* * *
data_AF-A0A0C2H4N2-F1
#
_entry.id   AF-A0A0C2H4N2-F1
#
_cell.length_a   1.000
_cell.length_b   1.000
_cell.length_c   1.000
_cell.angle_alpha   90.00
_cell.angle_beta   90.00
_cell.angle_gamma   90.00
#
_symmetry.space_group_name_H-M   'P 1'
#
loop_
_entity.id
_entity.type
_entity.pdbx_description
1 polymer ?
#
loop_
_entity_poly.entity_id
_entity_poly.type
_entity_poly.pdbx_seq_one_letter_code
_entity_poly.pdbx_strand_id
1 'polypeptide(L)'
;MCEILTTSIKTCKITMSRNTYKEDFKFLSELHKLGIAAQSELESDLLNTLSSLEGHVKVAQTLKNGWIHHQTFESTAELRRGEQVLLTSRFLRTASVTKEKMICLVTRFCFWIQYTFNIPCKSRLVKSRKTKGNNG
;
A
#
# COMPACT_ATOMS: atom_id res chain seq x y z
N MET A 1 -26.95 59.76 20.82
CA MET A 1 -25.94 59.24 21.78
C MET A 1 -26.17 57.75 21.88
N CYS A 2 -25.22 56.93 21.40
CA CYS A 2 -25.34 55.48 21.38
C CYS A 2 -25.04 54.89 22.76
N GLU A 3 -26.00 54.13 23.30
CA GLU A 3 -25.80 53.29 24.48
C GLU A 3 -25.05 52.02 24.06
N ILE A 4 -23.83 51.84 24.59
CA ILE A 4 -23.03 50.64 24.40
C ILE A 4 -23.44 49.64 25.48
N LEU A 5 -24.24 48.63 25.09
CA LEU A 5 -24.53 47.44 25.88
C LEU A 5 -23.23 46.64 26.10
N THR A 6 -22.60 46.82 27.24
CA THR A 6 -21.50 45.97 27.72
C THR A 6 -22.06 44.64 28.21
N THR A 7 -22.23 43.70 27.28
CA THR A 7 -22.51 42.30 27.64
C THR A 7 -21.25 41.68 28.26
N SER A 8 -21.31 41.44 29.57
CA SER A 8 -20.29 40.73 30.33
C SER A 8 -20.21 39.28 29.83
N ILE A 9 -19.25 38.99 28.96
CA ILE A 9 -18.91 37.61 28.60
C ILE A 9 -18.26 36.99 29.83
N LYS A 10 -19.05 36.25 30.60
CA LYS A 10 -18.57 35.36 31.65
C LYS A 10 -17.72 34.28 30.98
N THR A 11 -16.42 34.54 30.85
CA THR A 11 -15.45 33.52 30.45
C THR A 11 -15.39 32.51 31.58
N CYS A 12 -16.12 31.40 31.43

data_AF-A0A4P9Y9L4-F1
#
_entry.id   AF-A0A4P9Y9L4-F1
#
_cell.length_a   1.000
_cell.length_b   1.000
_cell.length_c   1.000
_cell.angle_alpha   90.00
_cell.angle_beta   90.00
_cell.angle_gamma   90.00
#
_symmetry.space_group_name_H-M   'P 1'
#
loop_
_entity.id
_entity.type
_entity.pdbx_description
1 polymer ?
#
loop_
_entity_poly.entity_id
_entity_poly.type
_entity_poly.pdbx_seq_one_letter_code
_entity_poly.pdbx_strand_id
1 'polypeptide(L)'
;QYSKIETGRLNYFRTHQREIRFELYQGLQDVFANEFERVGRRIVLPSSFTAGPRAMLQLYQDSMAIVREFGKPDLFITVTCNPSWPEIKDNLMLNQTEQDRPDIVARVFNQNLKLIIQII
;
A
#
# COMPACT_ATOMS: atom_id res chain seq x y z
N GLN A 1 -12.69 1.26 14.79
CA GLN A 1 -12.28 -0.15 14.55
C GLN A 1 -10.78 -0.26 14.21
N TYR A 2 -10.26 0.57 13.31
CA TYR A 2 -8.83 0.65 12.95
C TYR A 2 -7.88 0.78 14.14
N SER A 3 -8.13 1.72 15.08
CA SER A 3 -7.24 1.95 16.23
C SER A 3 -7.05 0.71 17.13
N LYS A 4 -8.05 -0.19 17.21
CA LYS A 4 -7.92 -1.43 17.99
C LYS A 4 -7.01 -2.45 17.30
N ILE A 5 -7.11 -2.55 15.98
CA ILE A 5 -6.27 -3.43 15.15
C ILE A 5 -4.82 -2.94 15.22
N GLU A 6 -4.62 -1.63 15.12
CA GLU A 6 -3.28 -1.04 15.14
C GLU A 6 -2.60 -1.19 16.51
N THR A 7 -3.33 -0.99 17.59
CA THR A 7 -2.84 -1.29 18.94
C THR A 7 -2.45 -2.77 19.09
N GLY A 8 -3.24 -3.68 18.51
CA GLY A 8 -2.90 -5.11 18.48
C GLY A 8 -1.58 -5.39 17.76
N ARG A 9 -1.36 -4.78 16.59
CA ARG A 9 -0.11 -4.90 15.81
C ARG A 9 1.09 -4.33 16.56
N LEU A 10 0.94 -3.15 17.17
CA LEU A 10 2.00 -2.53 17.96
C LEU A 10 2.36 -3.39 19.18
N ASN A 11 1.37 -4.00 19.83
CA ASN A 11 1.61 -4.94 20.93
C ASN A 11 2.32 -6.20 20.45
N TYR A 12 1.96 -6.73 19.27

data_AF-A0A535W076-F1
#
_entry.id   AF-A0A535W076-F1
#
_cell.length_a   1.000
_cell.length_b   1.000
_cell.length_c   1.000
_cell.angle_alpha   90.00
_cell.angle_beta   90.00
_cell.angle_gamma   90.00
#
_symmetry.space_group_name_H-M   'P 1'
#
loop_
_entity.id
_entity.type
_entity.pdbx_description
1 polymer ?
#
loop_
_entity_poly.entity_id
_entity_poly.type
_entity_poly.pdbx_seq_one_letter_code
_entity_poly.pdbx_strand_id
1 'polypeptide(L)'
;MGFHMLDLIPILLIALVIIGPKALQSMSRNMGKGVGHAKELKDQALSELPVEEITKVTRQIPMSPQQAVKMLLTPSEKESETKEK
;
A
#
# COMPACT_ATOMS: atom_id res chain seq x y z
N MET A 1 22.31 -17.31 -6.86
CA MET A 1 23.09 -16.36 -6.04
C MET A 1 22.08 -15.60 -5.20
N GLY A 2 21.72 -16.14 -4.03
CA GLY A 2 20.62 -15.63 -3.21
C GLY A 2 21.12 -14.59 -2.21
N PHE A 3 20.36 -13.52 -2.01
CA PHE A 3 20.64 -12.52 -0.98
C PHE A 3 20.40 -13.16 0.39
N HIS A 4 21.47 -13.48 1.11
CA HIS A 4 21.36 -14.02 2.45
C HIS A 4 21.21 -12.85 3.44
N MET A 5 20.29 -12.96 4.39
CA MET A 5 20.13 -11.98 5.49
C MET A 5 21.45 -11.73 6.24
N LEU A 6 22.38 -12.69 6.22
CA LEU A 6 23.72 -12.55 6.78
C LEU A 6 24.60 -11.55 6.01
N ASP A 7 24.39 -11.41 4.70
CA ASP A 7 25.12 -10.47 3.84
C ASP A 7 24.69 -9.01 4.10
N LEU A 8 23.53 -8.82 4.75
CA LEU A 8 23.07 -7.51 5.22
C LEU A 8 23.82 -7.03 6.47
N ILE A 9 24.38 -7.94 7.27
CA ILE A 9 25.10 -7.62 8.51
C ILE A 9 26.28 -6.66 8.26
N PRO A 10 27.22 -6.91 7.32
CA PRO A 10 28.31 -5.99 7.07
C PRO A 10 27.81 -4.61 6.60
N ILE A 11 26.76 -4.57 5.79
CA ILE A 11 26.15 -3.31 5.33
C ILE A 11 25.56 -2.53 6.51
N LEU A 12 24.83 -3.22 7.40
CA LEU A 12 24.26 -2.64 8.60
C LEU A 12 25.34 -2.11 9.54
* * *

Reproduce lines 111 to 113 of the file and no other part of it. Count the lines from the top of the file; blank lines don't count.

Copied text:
CA GLU A 6 -3.28 -1.04 15.14
C GLU A 6 -2.60 -1.19 16.51
N THR A 7 -3.33 -0.99 17.59